I’m at a bubble-blowing party with Mom, and some of her friends. It seems like everyone is there. There is a Christmas-tree-like centerpiece. Bubbles cascade up and fall down all around us.

A father of a young girl is asking us for advice, since we’re her new friends. His daughter is only 15 or so and living with a much older guy. We suggest to let her live her life. That she move out of her father’s place.
The man nods. He is glad his daughter has made these new friends, who are being so sensible and giving good advice. I notice it’s gotten dark outside.

"Look at all the stars," I say, pointing out the window. "It looks like the night was blowing its own bubbles." The party is ending. People are leaving. Finally! I get to use some of the fancier wands that others are leaving behind. Most of the soap is all used up. I chat with one of my mother’s friends. We’re talking about one of the dorms on campus. If you lose your keys, they fall into the boiler room. You have to call the Maintenance guys to schedule an appointment to go pick up your keys. I’m living in that building again.

A bunch of us who live downtown are building a new clubhouse. The baker has opened up a new nightspot, where the Maitre D’ calls you Le Ginger, or Le Donna, whatever your name is.


We are newlyweds. His family was urging him to go sailboating with them. I wanted to go home. We already had an argument going. My in-laws were annoying and persistent. He’d spent all day with them anyway.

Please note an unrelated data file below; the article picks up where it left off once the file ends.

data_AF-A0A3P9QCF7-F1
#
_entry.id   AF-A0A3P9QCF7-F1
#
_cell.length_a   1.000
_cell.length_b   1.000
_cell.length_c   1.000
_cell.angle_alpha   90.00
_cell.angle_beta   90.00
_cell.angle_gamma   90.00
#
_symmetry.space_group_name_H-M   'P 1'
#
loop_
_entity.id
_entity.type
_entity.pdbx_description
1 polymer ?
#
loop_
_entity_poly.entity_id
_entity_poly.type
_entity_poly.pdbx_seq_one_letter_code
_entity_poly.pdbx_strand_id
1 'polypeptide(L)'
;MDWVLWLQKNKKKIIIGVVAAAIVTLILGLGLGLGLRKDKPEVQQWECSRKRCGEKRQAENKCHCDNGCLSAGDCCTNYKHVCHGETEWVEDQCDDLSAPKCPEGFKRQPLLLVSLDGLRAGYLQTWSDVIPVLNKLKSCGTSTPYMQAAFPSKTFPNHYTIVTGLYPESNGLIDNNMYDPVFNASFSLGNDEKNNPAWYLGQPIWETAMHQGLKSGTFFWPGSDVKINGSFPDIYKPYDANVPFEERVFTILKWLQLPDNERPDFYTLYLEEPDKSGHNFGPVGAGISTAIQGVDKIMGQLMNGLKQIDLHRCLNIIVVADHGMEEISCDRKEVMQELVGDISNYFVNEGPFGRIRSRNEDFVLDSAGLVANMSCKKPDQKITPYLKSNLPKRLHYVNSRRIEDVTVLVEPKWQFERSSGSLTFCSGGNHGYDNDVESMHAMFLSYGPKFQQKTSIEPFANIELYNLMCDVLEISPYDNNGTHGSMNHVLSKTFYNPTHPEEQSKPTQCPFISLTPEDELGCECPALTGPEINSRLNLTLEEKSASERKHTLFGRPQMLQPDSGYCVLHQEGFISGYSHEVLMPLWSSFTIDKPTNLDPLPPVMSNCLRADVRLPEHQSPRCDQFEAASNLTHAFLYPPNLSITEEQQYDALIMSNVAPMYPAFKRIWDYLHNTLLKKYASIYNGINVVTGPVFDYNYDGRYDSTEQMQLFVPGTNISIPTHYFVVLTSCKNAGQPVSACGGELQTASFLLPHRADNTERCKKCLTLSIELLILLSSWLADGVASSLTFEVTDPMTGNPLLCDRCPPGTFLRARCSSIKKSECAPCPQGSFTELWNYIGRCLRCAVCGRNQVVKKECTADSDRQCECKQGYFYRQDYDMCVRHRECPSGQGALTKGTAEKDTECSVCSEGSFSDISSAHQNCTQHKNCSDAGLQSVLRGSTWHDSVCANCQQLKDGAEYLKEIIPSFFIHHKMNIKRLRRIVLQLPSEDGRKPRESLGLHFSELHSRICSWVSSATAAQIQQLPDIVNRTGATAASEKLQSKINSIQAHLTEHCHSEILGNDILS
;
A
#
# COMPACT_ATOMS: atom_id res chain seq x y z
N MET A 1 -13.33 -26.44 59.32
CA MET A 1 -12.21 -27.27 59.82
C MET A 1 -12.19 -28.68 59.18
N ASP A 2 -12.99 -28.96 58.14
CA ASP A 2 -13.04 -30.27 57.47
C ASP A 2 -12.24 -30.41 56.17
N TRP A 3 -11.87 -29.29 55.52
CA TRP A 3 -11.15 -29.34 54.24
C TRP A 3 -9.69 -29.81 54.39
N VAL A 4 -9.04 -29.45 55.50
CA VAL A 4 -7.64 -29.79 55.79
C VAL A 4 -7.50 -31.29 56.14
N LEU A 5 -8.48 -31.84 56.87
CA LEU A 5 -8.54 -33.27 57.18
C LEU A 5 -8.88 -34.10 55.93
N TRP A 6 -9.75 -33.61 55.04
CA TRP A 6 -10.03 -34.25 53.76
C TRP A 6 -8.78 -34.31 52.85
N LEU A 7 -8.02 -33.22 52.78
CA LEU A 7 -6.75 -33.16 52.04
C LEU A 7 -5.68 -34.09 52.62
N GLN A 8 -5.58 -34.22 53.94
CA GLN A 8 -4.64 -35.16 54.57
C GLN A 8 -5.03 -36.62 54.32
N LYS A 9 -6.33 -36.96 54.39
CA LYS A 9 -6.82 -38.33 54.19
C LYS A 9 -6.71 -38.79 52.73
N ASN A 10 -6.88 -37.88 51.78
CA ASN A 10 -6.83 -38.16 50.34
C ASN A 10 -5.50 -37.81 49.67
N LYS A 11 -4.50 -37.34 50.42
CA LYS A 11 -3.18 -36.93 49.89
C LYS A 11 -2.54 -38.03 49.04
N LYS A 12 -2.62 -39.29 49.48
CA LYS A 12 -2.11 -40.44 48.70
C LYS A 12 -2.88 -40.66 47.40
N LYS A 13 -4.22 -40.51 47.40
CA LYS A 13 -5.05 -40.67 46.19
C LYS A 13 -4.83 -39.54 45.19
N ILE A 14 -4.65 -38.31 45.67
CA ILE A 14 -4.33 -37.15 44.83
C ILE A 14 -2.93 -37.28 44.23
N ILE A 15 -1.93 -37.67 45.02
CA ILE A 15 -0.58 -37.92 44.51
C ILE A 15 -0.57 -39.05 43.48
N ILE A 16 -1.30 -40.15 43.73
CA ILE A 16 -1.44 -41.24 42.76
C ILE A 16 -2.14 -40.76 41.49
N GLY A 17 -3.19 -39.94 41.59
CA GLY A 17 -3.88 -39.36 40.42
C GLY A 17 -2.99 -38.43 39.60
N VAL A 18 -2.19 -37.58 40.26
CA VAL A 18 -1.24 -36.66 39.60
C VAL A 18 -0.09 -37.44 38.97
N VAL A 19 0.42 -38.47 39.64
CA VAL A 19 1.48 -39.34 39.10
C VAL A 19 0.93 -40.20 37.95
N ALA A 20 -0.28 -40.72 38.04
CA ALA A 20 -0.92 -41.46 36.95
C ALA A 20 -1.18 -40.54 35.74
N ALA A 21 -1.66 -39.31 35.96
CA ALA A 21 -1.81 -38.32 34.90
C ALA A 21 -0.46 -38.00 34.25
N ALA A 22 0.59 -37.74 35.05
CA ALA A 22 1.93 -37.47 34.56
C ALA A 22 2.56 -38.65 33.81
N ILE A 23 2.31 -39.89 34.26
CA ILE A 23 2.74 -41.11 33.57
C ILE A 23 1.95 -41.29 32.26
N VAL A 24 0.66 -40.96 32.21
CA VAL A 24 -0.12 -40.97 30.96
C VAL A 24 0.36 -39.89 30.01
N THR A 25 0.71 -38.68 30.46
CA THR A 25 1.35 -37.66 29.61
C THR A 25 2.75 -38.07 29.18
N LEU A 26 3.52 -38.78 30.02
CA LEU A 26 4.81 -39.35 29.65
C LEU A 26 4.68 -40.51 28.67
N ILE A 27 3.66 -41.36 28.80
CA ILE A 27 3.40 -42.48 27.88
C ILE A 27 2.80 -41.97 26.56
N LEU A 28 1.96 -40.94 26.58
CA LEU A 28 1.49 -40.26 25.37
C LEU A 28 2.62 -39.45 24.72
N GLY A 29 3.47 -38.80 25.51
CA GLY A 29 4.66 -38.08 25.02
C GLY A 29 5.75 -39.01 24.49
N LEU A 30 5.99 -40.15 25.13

"I’m not going anywhere with you again!!!" he yells to them as he walks off. He’s been lecturing me and is sorry. We hold one another a long time. Having made up, we stroll down the road to our car. Another car pulls up next to us. The window rolls down. The driver leans over the seat to us.

"Hey, got another match?"

"No." We innocently shake our heads.

"Too bad, ‘cuz one of us is getting hurt—in your guitar room," he says. Dad! My husband checks the time on his watch. The digital display reads EGBUNN. We run to the house, which is engulfed in flames and smoke. Dad is unconscious on the floor of the guitar room, his instrument strapped to his chest.

I’m spilling hot water into the stove while cooking a very complicated dinner. The couple I’m having over for dinner has already perfected this dish. Someone offers me a solution.

"Can I just ask one thing," I say. "Do you love me, that’s what I want to know." No answer. I lift up the top of the stove to find and clean the mess. I have trouble cleaning the burners. Why did she have to want such a complicated dinner, I ask myself, when she really likes something simple in the first place? (this is the end of some other story.)